I had heard he had a stroke, but haven't heard anymore. I'm so sorry that he passed away. He was one of a kind.
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The Big Man was kind of scary when I first encountered him at Winterland in late '75/early '76 on the Born to Run tour. I was belly up to the stage and he towered over the crowd and was very imposing and mean looking. Soon his famous Santa Claus laugh echoed through the hall and the real Clarence Clemons came through. We have been lucky to know him and Bruce was lucky to have Clarence as part of his legacy. I'm going to miss him every time I hear his sax or voice and remember how his warmth always came through.
It is poor form to use numbers rather than spell out in prose, i.e. your use of "2" rather than "two." You may also want to examine the proper uses of the ellipsis. An ellipsis is not a stand-in for for example, id est (i.e.) or e.g. (example given).
And finally, RIP Big Man. This thread is about the passing of a much-beloved musician not grammar.
The punctuation inside the quotations mark rule is shifting. Grammarians are in protest, but popular usage is clearly moving to outside the marks. Further proof that it's still a living language.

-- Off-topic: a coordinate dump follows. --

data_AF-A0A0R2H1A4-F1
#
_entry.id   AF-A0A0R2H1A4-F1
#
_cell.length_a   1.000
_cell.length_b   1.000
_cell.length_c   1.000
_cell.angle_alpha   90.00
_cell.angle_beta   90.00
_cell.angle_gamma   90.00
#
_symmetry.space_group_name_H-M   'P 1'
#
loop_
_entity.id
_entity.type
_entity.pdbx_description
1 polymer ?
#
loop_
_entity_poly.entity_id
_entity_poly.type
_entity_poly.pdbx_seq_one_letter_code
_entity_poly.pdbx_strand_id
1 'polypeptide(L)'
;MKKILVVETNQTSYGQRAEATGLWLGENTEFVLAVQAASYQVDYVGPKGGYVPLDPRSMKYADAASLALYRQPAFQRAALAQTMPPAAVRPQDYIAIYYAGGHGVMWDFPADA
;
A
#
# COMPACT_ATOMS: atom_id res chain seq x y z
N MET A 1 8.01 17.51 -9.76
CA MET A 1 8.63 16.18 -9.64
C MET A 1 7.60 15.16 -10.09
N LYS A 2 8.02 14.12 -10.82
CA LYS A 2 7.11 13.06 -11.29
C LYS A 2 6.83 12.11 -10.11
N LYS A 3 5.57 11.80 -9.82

According to Mr. Springsteen he was playing at a club on the Jersey during a strong thunderstorm. At some point the lights went off and the wind blew the doors to the club wide open. Another flash of lightning, the lights come back on and standing in the doorway was the Big Man. He later was invited on to the stage and both agreed, it was like magic.
Onhwy61, not to derail the thread--which Lindisfarne has already accomplished to a degree with his impromptu grammar lesson--but what evidence is there that the "rule is shifting" with regard to placing punctuation (commas and periods specifically)outside the quotation mark? I'm not trying to be contrary or challenge your assertion, but since I teach this stuff for a living, I am curious about your claim.
More on point, I am very happy to have caught Springsteen on his most recent tour. It was an amazing show, of course, and captured vividly the way I will always remember Clemons, larger than life, rocking out all the way to the end.
My info is from this recent article in Slate.
When the change was made uptown
With apologies to the OP, and in response to the mention of shifting opinion with regard to quotation remarks, I too have seen several articles about this in various media outlets. A link to one example:
I first saw Bruce and the E Street Band in Binghamton, NY, just as "Born To Run" was released. I have since seen the boys in concert many times. Clarence was always the soul of the band. Mr. Big Man, I hope you are able to rest in peace. You have brought joy to us all. Bruce, Patti, Max, Nils, Garry, Danny, Roy, and Miami Steve .... My feelings of deep sympathy are with you all. But remember that the best way to honor Clarence's memory is to KEEP ON PLAYING MUSIC !! Thanks, Clarence, for all the good times.